Industry Perspectives Blog

In Case You Missed It: FireEye Top Stories 10-23

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1.  All About Response: Charles Carmakal, VP, discussed why consequences of targeted attacks may go unnoticed. In an article in Business Value Exchange, he said, “Breaches orchestrated by foreign governments are more sophisticated than commodity attacks and mostly go unreported.” He advised that a well-prepared executive requires a compromise assessment, incident response, and managed advanced threat protection services to deal with cyber security attacks.

2.  Protect What Matters: A new series on cyber insurance on the FireEye blog began with the basics: what works and what doesn’t, and which key considerations to keep in mind. Author Mark Massey reminds readers that insurance isn’t a standalone option — it has its place among the tools to minimize risk in today’s threat landscape.

3.  CIA Chief Breached: WikiLeaks published records allegedly belonged to CIA Chief John Brennan. Hackers accessed his non-government email accounts, which Brennan used occasionally for intelligence-related projects. Leaked documents include contact lists, draft reports, memos and papers.

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4.  It’s All in How You Look at It: Josh Goldfarb, FireEye CTO – Americas, published an article on security from the user perspective. The piece in Dark Reading discussed how defensive efforts are typically centered on the systems rather than the people they’re designed to protect. Goldfarb said by shifting perspectives, we can correlate activity by user rather than by system — enabling us to better identify and analyze activity that needs to be further investigated.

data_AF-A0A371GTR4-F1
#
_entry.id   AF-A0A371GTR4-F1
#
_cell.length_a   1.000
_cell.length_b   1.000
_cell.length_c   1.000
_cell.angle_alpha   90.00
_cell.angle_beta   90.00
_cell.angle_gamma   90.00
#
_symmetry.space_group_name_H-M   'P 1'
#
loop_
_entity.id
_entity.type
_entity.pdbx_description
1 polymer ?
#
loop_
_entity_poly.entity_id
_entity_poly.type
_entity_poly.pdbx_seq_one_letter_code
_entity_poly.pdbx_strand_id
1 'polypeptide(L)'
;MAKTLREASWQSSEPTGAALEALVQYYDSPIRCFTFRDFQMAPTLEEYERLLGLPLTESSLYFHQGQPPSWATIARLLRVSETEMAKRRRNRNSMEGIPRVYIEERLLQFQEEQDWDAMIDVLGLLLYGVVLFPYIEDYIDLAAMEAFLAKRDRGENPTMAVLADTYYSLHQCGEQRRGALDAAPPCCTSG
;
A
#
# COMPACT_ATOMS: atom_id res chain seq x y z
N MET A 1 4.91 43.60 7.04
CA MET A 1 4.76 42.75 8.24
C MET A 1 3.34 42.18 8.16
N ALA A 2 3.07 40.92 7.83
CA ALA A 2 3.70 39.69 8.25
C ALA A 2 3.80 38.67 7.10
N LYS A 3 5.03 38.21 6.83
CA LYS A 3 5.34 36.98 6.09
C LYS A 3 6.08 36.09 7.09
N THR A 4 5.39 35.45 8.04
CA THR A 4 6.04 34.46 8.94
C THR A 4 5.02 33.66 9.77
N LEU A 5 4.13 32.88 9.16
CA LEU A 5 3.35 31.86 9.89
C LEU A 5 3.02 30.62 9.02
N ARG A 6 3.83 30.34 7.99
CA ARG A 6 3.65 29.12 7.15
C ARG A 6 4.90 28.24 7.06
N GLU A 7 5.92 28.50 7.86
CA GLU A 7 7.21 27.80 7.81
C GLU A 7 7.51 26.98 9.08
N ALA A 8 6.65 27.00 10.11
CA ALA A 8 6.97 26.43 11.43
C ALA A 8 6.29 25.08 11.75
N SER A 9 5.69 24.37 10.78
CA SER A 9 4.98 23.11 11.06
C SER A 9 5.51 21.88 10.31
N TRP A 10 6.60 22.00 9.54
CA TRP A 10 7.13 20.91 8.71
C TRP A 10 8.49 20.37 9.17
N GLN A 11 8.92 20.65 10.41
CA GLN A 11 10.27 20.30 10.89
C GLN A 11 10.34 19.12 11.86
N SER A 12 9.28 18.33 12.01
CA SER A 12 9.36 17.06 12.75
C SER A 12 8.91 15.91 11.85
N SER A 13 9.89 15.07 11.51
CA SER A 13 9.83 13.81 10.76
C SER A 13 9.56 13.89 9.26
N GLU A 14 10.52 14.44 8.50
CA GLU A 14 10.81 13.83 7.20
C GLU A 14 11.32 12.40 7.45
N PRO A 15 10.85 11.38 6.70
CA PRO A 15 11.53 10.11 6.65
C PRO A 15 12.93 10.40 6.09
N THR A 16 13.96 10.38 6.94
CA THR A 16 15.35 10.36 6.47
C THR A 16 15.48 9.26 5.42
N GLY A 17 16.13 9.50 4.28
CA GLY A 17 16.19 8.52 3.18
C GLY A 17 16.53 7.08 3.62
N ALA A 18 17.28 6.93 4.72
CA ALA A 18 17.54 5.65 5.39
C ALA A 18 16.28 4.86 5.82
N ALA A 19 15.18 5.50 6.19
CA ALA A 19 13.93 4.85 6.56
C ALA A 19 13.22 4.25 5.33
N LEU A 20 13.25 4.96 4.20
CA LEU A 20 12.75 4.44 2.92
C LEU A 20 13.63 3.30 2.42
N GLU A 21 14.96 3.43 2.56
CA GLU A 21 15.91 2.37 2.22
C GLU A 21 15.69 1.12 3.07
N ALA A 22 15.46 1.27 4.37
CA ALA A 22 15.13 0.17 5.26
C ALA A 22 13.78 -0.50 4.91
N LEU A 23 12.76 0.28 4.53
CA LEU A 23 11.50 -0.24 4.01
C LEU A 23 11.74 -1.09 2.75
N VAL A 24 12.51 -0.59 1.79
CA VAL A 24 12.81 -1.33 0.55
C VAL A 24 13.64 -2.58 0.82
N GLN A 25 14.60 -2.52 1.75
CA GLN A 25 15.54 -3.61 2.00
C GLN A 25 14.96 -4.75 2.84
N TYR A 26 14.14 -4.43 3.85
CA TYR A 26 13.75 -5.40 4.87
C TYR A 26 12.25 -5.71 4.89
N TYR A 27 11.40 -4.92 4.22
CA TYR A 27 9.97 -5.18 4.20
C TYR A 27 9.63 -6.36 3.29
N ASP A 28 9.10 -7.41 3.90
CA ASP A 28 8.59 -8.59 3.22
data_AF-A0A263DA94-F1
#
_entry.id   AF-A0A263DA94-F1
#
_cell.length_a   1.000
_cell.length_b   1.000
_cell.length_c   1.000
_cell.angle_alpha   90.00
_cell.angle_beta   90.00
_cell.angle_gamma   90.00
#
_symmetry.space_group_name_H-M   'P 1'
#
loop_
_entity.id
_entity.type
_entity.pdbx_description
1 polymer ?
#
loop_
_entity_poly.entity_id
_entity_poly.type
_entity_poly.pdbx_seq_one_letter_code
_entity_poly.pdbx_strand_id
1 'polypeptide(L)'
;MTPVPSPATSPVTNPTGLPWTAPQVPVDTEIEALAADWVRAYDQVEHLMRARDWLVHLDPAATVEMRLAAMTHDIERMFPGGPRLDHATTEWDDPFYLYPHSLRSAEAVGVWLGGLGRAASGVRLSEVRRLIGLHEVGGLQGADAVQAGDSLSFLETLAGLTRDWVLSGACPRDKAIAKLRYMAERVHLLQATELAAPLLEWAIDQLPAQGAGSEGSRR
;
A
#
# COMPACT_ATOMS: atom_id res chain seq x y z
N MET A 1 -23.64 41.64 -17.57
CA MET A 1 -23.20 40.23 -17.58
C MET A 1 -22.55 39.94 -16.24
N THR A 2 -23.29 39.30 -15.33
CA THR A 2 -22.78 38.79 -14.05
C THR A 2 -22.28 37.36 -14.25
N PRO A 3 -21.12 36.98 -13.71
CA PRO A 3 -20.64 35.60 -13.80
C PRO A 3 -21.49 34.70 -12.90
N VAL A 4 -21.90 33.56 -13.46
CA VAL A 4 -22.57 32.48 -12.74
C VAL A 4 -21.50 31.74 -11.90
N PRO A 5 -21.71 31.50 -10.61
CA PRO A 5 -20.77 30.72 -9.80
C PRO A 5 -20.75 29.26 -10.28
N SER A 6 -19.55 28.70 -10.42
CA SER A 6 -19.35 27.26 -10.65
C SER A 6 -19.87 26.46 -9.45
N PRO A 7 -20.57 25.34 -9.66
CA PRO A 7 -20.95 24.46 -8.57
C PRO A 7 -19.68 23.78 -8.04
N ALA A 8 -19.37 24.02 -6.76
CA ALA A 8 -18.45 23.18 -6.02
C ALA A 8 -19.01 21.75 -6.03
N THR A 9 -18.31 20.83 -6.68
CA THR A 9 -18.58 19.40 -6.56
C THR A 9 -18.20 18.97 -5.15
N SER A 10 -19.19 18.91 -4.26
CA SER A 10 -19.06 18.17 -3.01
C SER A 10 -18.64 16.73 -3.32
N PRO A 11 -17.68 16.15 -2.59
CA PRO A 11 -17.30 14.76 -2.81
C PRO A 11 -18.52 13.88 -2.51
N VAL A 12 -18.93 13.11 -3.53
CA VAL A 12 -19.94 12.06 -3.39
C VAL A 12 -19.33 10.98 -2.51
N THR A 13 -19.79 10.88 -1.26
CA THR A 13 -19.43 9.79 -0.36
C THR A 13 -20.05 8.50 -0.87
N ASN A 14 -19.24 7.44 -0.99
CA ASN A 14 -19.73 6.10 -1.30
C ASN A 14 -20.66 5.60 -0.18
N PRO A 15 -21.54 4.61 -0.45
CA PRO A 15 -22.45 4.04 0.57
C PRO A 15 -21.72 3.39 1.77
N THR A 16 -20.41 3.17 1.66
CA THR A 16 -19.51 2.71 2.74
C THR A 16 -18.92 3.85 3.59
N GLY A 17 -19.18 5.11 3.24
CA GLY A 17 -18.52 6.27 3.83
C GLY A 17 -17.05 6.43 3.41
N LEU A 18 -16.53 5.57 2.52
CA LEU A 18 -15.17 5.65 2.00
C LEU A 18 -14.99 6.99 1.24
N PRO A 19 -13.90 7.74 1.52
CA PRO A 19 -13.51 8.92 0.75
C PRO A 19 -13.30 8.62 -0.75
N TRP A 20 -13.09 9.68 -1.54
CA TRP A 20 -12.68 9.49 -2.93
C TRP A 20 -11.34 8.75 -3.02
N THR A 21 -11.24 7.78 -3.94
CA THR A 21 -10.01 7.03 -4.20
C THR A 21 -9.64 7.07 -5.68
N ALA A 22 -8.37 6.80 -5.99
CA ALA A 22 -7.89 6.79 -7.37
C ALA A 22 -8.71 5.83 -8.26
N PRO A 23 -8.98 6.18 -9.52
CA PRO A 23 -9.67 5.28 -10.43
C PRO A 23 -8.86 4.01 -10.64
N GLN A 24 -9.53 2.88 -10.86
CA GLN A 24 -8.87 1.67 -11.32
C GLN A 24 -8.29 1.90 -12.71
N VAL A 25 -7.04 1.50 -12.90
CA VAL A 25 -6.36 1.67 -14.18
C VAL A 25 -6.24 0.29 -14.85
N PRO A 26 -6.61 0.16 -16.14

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5. Facebook and Nation-State Attacks: Facebook has now promised to notify users if nation-state attackers appear to be targeting their account. In a Trusted Reviews article, Jason Mueller, FireEye chief security strategist, said the data available on social networks like Facebook and LinkedIn offers attackers a way to learn about their potential victims. That  information can maximize the chance that their target will click on a malicious link or attachment. Tony Cole, FireEye CTO, commented too, saying, “Compromising these individuals could lead to the later breach of their high-value employers or friends."